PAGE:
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8.660394-97 - WAGNER, R.: Walküre (Die) (Goerne, DeYoung, Skelton, Melton, P. Lang, Struckmann, Hong Kong Philharmonic, van Zweden)
Die Walküre (The Valkyrie)
The First Day of Der Ring des Nibelungen (The Ring of the Nibelung)
Siegmund - Stuart Skelton, Tenor
Hong Kong Philharmonic Orchestra
Wagner’s tetralogy, Der Ring des Nibelungen (The Ring of the Nibelung) was first performed as a whole in August 1876 at the new Festspielhaus in Bayreuth. The complete cycle consists of a Prologue, Das Rheingold (The Rhinegold), followed the next day by Die Walküre (The Valkyrie), and then by Siegfried, leading up to the final Götterdämmerung (Twilight of the Gods). The text of Die Walküre was completed by Wagner in 1854 and the full score was ready by 1856, but it was fourteen years before a performance of the work became possible, and twenty before the whole Ring cycle was given in a specially created opera-house of novel design, the endeavour representing a summit of creative achievement, the apotheosis of German art. Leading motifs associated with characters, events and ideas in the drama, recur, interwoven to unify the whole conception.
The sources of the drama were found in Icelandic sagas, the thirteenth-century Middle High German Das Nibelungenlied and the Old Norse Thidreks Saga af Bern, but Wagner had recourse to a wide range of other reading, while the structure of the tetralogy and the underlying theme of the curse owes a strong debt to Aeschylus and Greek tragedy. As with Das Rheingold, Die Walküre was first performed, in Wagner’s absence, in 1870 at the Court Theatre in Munich. Wagner’s involvement with Liszt’s daughter Cosima, wife of Hans von Bülow, and other intrigues and rivalries, had forced him into exile now for some years. It was from his residence with Cosima and her children at Triebschen, overlooking Lake Lucerne, that he could, paradoxically, hope for failure in Munich, where he had thought his presence of vital importance for the staging of his work, while reluctant to have parts of The Ring performed in isolation one from another. At the same time the situation in Munich awoke ambitions for a theatre where Wagner might reign in relative independence, a dream to be realised in 1876 at the opening of the new Festspielhaus in Bayreuth, a venture helped by the continuing fascinated generosity of the young King Ludwig of Bavaria and now by friends from the new centre of German power, Berlin.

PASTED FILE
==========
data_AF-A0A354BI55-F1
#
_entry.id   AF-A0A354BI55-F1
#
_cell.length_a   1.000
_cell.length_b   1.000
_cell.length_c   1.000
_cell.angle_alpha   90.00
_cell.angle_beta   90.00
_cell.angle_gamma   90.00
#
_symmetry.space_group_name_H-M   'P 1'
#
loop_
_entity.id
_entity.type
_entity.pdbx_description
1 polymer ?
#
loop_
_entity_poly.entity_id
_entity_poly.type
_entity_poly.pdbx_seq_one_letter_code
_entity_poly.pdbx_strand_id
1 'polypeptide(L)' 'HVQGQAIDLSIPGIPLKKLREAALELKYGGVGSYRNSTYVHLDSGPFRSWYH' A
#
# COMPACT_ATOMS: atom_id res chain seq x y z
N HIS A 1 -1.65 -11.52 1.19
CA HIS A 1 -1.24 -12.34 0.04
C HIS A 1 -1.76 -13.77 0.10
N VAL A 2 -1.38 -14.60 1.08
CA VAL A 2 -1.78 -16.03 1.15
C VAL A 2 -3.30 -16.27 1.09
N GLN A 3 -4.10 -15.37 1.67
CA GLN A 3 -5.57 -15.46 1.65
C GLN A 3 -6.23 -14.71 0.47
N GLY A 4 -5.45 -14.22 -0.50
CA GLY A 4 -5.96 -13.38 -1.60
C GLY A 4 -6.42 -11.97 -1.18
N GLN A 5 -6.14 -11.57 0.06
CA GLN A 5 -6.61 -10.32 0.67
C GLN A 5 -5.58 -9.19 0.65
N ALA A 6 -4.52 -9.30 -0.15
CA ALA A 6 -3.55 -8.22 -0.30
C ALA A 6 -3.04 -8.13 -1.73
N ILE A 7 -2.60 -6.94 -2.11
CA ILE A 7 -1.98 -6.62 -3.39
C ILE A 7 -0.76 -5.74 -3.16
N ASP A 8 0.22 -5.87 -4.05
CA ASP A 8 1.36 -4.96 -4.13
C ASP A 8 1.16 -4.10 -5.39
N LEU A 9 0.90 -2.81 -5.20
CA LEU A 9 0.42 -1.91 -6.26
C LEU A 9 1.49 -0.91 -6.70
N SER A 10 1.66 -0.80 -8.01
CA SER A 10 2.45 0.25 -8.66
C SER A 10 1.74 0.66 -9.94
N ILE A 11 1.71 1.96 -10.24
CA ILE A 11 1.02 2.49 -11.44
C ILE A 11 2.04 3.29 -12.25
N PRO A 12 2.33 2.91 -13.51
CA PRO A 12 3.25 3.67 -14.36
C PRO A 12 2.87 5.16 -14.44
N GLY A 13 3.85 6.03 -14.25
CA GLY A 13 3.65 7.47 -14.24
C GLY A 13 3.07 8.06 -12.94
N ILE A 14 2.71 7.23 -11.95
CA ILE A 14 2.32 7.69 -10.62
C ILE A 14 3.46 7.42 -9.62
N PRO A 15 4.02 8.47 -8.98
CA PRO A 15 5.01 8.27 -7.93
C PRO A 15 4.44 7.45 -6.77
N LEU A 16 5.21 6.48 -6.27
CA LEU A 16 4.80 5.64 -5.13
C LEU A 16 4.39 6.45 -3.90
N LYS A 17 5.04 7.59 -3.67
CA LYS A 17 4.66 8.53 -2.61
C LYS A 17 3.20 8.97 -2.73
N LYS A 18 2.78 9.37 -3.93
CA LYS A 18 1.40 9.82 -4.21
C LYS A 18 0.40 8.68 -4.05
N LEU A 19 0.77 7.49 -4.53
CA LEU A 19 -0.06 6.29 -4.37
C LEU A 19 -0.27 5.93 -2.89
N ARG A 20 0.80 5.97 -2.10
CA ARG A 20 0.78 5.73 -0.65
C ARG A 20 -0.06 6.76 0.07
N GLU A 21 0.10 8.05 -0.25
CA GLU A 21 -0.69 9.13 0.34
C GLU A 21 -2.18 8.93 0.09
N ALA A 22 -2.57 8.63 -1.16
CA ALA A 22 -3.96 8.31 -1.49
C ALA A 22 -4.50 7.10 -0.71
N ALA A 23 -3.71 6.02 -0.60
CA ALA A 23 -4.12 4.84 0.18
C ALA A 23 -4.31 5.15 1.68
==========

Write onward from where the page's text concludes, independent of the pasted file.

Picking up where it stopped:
In the Prelude thunder is heard and through it occasional horn-calls. The storm is coming to an end as the curtain rises.
 The scene is Hunding’s house, built around an ashtree. Siegmund, the son of Wotan, comes in, exhausted and drops down by the hearth. Sieglinde enters from an inner room and is surprised to see a stranger. He does not answer her question but asks for water. He drinks and looks fixedly at her, seeking to know who she is. She tells him that she is the wife of Hunding and soon he forgets the battle from which he has escaped, weary and weaponless, but unscathed. He drinks the mead she offers him and finds himself strangely attracted by her.
 Knowing himself the bearer of ill-fortune, he makes to leave, but Sieglinde prevents him, telling him of her own unhappy life.
 As they gaze at each other, Hunding returns, carrying his shield and spear. He stops, when he sees Siegmund. Sieglinde explains the stranger’s presence and Hunding offers him the traditional hospitality. As they sit down to eat, Hunding notices the likeness between Siegmund and Sieglinde.
 In reply to Hunding’s questions Siegmund tells him that his name is Woeful (Wehwalt) and explains how he used to wander through the woods with his father, whom he calls Wolfe: his mother had been killed, his twin sister abducted and finally his father had gone away.
 He tells of his continuing misfortune and how his recent attempt to help a maiden had ended in disaster.
 Hunding tells him that the battle in which he has been involved was one that his own kinsmen were concerned in and that he will avenge them the following day. He sends Sieglinde to prepare his drink, but as she goes she directs Siegmund’s gaze towards the ash-tree. Hunding follows his wife, taking his weapons.
 Siegmund has no weapon, but his father had promised him one in time of need. He cries out ‘Walse’, his father’s name, as far as he knows it, and sees light shining from the ash-tree. The fire dies down and Siegmund is left in darkness.